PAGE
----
Cyclone Komen’s aftermath: Local knowledge shows how poverty and inequalities fuel climate risk in western Myanmar
Journal article, 2021

Cyclones and other extreme events exert increasing pressure on South-East Asia’s societies and put smallholder farmers at risk. Here, we draw on participatory causal-diagramming workshops, interviews and survey data, to provide contextually grounded knowledge about rural communities’ exposure and vulnerability to climate-related hazards in western Myanmar. By tracing how the 2015 cyclone Komen led to a prolonged humanitarian disaster, we show that climate-related risks in this area arise from the complex interplay of households’ pre-existing vulnerabilities, persistent farming challenges, extensive disasters and cascading effects, which disparately affect lowland and upland communities. The different household strata’s dissimilar vulnerabilities vis-à-vis Komen’s impacts were rooted in the distinct exposure of their production systems to landslides and floods. Pre-existing land-access barriers, land-degradation processes, climatic stressors, agricultural pests and diseases, and chronic lack of assets and food insecurity further mediated households’ vulnerability. Relief interventions did not stop the disaster’s escalation, although this could have been achieved with early technical and material assistance to address the cyclone’s impacts on farmers’ land. Targeted aid for households facing imminent food insecurity or debt crisis could have lessened engagement in precarious coping strategies and distress migration. A diversification of households’ livelihood and land-use practices and increased redundancies of critical assets and infrastructure could help to mitigate future cyclone-triggered disasters. By demonstrating the strengths of local knowledge approaches in untangling the complex interplay of extreme events with households’ everyday vulnerabilities and agricultural land-use practices, we make a case for more contextually grounded disaster risk and climate adaptation research.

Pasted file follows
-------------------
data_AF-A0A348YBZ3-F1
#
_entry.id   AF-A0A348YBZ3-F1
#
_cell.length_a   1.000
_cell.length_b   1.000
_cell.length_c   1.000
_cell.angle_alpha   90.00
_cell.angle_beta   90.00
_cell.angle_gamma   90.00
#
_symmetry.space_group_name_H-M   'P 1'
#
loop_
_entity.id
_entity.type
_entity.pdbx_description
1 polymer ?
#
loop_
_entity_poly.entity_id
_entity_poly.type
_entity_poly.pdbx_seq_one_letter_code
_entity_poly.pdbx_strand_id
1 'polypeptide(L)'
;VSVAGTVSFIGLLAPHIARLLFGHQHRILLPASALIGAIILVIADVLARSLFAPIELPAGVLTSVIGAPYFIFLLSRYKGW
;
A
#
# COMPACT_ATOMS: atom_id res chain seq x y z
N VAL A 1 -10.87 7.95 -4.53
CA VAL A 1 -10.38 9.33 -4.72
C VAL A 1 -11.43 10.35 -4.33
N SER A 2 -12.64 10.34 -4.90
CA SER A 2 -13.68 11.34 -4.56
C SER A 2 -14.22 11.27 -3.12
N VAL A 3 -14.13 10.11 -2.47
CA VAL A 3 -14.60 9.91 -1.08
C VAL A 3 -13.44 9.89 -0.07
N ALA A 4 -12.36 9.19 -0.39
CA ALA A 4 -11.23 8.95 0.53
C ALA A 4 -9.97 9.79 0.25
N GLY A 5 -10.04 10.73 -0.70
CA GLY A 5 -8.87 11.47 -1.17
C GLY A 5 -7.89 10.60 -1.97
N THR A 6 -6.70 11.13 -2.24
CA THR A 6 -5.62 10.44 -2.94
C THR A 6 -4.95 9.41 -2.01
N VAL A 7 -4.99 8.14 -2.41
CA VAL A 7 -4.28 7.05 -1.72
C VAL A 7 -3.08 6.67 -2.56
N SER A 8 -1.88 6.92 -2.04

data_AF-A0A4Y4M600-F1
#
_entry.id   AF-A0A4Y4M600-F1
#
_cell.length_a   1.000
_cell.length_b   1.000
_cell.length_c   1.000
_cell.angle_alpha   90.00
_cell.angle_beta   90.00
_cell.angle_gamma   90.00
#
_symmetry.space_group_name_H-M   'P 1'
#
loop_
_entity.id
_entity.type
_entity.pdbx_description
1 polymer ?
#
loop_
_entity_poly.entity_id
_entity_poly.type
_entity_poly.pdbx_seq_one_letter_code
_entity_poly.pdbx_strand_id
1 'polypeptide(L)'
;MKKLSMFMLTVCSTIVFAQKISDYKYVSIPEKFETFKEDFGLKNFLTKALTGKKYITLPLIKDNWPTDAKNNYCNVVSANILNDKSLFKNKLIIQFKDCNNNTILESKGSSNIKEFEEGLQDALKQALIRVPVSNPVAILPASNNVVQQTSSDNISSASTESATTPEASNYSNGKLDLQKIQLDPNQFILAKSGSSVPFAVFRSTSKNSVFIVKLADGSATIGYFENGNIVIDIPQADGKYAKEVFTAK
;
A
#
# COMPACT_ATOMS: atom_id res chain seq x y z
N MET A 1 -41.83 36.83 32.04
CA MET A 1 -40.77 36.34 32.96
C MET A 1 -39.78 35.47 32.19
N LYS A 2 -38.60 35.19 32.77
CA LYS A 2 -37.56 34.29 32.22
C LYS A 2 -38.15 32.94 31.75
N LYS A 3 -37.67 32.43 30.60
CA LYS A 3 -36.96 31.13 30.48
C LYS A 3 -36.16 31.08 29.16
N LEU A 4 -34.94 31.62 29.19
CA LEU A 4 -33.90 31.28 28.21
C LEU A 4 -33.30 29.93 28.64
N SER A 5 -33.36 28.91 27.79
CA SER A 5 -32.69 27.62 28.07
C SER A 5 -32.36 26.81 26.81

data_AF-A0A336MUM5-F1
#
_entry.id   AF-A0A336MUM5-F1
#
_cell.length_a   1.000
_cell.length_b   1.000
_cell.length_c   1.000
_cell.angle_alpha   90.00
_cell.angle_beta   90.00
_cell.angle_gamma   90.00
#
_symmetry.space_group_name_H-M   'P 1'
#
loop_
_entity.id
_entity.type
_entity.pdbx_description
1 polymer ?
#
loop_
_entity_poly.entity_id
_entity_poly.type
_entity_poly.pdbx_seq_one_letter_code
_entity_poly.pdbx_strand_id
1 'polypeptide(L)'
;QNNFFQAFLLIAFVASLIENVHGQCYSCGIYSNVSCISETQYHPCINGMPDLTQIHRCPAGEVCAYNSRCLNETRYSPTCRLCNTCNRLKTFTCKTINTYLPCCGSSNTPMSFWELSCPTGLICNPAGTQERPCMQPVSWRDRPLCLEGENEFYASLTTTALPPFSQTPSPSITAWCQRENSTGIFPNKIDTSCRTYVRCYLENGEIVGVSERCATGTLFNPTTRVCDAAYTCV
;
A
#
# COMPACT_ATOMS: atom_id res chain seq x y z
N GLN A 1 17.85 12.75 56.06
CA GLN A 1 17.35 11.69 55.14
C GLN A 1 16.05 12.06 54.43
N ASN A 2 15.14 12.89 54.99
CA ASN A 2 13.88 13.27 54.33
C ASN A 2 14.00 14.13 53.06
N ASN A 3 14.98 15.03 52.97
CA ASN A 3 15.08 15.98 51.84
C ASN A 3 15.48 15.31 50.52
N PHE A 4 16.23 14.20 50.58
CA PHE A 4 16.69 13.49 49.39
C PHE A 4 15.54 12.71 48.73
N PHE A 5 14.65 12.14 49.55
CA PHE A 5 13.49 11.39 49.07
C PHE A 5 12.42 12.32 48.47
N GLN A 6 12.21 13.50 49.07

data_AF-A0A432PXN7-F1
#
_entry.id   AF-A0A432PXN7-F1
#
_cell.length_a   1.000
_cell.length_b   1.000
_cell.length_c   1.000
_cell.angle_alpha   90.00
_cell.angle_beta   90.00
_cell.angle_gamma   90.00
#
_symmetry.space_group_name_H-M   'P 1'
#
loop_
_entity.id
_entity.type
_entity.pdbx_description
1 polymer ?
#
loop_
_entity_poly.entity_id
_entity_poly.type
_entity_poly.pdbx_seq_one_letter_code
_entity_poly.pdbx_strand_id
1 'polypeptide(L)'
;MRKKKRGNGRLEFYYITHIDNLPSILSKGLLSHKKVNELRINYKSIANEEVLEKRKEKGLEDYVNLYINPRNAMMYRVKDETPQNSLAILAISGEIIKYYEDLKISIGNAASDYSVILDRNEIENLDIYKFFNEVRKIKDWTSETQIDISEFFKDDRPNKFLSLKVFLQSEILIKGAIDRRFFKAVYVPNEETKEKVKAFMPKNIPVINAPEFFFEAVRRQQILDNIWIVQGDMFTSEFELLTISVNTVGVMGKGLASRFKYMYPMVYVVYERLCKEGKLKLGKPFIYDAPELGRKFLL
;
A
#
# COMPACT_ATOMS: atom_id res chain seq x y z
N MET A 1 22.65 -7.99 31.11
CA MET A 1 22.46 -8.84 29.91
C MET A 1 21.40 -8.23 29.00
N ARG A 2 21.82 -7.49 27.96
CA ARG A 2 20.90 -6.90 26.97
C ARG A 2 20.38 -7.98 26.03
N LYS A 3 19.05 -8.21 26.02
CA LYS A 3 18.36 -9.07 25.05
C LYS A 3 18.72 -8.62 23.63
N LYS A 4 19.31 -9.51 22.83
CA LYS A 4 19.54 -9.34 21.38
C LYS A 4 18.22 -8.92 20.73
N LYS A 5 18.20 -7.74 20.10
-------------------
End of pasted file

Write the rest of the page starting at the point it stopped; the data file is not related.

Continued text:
Flooding

Cascading disasters

Farming system challenges

Poverty traps

Participatory causal diagramming

Climate vulnerability

Author

Laura Kmoch

Chalmers, Space, Earth and Environment, Physical Resource Theory, Physical Resource Theory 2

Universitat Kassel

Matilda Palm

Vi-Skogen

Martin Persson

Chalmers, Space, Earth and Environment, Physical Resource Theory

Martin Rudbeck Jepsen

University of Copenhagen

Regional Environmental Change

1436-3798 (ISSN)

Vol. 21 4 111

Subject Categories

Social Sciences Interdisciplinary

Agricultural Science

Human Geography

DOI

10.1007/s10113-021-01847-2

More information

Latest update

11/8/2021